{access view=guest}Access to the full article is free, but requires you to register. Registration is simple and quick – all we need is your name and a valid e-mail address. We appreciate your interest in bridges.{/access} {access view=!guest} The National Institutes of Health (NIH) are funded at $30.7 billion in the continuing resolution, a 0.8 percent ($260 million) cut from FY 2010 spending levels. The National Science Foundation (NSF) is funded at $6.8 billion, a 1.0 percent ($67 million) cut. The Department of Energy's (DOE) Office of Science will receive $4.9 billion, a 0.4 percent ($20 million) cut, while the applied research-oriented Energy Efficiency and Renewable Energy (EERE) program would receive $1.8 billion, an 18.4 percent ($408 billion) cut from FY 2010. By comparison, the EERE program had been slated for a budget of $1.5 billion in the original H.R. 1, a 35.0 percent ($775 million) cut. Although the Advanced Research Projects Agency-Energy (ARPA-E) is largely an applied research program with some development spending, it received $180 million in the year-long funding bill, less than the $300 million requested by the President in FY 2011, but its first significant funding outside of the Recovery Act. These funding levels do not include the 0.2 percent across-the-board cut for non-defense agencies.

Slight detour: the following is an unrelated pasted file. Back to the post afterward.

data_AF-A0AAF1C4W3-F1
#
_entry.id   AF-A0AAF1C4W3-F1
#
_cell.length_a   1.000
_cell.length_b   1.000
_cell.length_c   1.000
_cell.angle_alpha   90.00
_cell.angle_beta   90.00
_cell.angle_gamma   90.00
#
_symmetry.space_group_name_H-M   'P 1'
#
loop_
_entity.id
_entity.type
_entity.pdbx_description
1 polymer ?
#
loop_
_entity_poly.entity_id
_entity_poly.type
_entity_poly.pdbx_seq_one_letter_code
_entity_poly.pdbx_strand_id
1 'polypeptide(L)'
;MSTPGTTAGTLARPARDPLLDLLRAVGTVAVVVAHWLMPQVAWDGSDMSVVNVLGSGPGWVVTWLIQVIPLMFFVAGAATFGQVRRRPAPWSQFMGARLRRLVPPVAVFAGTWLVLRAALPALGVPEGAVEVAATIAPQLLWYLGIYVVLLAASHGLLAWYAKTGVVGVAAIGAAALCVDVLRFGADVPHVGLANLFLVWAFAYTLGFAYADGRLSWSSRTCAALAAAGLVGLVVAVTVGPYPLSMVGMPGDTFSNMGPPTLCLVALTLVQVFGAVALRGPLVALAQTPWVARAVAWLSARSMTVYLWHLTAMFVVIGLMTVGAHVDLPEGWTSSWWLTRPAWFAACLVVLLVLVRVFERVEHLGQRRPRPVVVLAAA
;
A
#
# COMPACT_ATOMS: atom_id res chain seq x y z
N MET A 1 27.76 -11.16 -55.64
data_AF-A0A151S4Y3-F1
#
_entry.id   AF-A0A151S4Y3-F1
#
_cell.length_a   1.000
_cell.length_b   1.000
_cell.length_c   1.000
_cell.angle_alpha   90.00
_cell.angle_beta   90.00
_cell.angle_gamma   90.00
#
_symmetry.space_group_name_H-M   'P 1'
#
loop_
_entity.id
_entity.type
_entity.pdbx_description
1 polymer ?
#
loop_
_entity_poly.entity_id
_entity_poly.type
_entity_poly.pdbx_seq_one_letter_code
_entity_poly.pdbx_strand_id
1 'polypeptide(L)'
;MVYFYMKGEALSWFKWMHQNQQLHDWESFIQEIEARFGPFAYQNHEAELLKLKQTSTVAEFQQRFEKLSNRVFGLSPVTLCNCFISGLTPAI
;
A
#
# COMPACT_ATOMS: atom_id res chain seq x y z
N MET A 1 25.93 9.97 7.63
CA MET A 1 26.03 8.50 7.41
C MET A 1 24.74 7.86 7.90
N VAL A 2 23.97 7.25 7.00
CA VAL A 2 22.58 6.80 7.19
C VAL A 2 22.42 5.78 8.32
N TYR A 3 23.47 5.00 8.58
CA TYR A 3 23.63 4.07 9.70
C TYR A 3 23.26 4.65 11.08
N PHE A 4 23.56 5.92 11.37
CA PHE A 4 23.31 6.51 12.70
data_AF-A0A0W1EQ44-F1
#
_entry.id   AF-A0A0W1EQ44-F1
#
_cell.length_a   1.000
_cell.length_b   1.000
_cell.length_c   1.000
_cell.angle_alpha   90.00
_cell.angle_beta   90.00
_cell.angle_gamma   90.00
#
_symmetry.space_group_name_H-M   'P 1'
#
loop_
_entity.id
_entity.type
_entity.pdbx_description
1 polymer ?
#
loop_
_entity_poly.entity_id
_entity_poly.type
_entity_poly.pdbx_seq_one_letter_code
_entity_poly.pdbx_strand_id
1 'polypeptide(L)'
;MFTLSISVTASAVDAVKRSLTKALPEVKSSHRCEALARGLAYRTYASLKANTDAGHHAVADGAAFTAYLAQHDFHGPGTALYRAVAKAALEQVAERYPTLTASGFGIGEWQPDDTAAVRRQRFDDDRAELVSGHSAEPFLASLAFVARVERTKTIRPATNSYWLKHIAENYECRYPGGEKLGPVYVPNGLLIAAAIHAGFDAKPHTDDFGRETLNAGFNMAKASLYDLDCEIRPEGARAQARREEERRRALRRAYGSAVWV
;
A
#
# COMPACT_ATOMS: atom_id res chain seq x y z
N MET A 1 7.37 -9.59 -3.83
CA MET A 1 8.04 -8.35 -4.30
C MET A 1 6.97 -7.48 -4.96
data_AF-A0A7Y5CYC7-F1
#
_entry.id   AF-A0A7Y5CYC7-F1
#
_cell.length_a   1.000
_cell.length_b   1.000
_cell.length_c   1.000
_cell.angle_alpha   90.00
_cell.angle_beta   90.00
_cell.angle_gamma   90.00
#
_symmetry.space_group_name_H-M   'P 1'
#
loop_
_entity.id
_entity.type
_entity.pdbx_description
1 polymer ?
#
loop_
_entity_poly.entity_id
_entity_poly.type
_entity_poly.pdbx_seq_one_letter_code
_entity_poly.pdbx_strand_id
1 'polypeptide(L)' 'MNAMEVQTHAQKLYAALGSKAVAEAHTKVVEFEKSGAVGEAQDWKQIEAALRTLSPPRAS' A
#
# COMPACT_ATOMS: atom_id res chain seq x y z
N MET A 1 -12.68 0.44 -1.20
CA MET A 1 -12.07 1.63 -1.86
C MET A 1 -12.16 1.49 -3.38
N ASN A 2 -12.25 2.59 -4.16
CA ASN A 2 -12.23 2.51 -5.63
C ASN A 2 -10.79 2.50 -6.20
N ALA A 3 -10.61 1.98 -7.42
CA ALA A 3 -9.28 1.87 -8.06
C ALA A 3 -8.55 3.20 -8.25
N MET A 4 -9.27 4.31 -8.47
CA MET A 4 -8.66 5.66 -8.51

The full-year continuing resolution does contain some policy directives. One of these, Section 1340, forbids the National Aeronautics and Space Administration (NASA) and the Office of Science and Technology Policy (OSTP) to use federal funds to “develop, design, plan, promulgate, implement, or execute a bilateral policy, program, order, or contract of any kind to participate, collaborate, or coordinate bilaterally in any way with China or any Chinese-owned company.” It also forbids the use of federal funds to “effectuate the hosting of official Chinese visitors at facilities belonging to or utilized by the National Aeronautics and Space Administration.” Interestingly, this directive only applies to NASA and OSTP, not other agencies, and only affects collaboration with China.